Who wants to ‘Get rich quick?’
April 20, 2012
by Brian Wolf

In America today, there are many ways to “get rich quick.” Some are even legal.

Just recently, one way was national news when the lottery rolled over $600 million. Of course it’s a little hard to get excited with that plan because we all know that although it’s possible, it’s just not something you can count on.

So let’s improve our odds just a little. In hindsight, we could have put all our money into gold, which has climbed nearly five-fold since 2000. Google is up 530 percent since August of 2004, and Apple is up about 1,500 percent since January of 2000. I think all of these gains would qualify as getting rich quickly.

So why didn’t everybody get rich with these investments? The answer is simple – these are shining examples and not the norm. For every grand slam, you’re going to have a hundred or a thousand strike-outs. So who wants to gamble on the grand slam?

Back in the early 2000s I had a wealthy dentist client who wanted to take a big gamble so we picked out a nice bio-tech fund and it gained over 80 percent the next year. I suggested that we sell it and laugh all the way to the bank, but something very human happened. He wanted more! “Let it ride,” was his directive.

I suggested that the likelihood of another big gain was very unlikely, but he had a taste of the “get rick quick” and couldn’t stop. The following year, it lost over 40 percent of its value and then he was willing to sell it.

Many advisors like to say that historically, the stock market has provided returns that will beat inflation. Just don’t ask them about the last 10 years. This is a period where all bets are off and the “historical norm” is no longer the “historical norm.”

Getting rich quick in the stock market is no different than the lottery. You can do it, but your odds are very long.

Many people go another route and decide to “go broke safely.” This is a new and equally troubling investment strategy. “Going broke safely” means to keep most of your money safe in a money market, savings account, or bank CD. Right now, the best one year CD rates are one percent or less. While there is the safety of principal behind those cash investments, two factors could likely erode that buying power over time; taxes and inflation.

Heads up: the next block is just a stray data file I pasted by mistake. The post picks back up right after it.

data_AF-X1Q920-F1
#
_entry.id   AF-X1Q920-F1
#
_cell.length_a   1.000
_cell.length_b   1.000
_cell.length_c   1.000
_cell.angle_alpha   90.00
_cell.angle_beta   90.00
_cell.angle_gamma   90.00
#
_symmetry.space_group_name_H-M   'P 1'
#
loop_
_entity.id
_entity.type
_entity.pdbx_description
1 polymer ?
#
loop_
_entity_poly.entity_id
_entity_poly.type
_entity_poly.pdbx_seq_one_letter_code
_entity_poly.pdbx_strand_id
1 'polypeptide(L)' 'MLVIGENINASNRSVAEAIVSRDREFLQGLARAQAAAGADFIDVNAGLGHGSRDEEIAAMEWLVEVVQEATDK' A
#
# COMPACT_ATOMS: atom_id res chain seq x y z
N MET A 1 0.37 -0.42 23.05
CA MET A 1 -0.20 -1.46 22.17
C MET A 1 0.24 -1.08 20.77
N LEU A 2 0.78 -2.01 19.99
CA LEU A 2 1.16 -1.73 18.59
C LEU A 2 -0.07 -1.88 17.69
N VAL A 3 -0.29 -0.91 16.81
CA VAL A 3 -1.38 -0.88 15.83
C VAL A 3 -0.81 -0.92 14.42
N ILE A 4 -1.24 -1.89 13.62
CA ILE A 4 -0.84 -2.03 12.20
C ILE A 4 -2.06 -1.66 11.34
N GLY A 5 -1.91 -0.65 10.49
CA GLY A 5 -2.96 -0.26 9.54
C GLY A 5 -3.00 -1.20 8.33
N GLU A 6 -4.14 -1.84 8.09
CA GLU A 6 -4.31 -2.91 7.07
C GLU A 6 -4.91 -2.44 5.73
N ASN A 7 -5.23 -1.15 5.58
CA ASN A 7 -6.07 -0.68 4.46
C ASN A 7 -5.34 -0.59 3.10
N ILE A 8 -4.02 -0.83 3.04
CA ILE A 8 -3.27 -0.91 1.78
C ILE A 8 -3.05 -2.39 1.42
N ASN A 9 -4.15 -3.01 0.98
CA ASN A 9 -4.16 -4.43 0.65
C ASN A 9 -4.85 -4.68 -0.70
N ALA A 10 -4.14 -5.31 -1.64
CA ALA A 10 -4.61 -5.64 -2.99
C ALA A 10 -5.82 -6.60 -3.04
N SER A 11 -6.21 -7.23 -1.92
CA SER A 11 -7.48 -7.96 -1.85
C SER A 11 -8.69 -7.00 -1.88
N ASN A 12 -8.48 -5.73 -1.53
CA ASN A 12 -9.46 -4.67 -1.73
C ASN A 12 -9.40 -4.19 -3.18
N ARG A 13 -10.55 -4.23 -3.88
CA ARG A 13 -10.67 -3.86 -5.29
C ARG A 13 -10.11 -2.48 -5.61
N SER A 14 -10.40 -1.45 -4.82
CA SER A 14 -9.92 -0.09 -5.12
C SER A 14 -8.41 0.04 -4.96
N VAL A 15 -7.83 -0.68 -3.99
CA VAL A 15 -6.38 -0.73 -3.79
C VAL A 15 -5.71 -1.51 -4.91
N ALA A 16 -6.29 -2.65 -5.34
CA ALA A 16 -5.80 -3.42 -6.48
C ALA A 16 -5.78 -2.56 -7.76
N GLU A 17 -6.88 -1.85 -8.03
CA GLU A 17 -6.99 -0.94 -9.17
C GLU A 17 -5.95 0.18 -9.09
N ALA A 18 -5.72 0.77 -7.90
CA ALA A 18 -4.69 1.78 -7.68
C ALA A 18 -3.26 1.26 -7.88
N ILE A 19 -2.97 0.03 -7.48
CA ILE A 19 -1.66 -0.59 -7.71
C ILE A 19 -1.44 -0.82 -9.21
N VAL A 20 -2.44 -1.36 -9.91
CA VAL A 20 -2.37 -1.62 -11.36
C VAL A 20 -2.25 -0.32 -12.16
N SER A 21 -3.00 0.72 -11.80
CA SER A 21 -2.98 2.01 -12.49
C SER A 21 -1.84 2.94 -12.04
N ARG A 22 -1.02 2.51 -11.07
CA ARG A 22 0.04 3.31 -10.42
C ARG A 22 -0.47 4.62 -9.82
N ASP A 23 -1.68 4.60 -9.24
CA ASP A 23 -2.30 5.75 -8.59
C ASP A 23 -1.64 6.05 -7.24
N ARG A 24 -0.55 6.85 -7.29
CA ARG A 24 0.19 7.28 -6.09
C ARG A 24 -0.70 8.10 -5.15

Taxes are very visible. They are a specific amount, whether it’s paying them every April, or seeing them regularly taken out of a paycheck. On the other hand, inflation is much more subtle. It can show up week to week, month to month, or year to year.

Think of the cost of gasoline, healthcare, food, education, or a car in the last decade. All have steadily marched higher over time. If you’re earning less than 1 percent after paying taxes on that interest earned, you are now sliding backwards with what that money will be able to purchase.

So, where is the middle ground? Where is the place a person can invest to get safety and not have to put up with low returns? For many, the answer is in the world of fixed indexed annuities.

Most people I meet with are very confused about annuities. This is normal. I’ve never met a financial product yet that was easy for everyone to understand. However, today, there really are some great annuity products that can bridge the gap of risk vs. returns.

So don’t miss next week’s column, where I’ll be writing about what many people call the greatest investment product of the last 10 years. In the meantime, think about your own investments. Are you trying to “get rich quickly” or are you just “going broke safely?”

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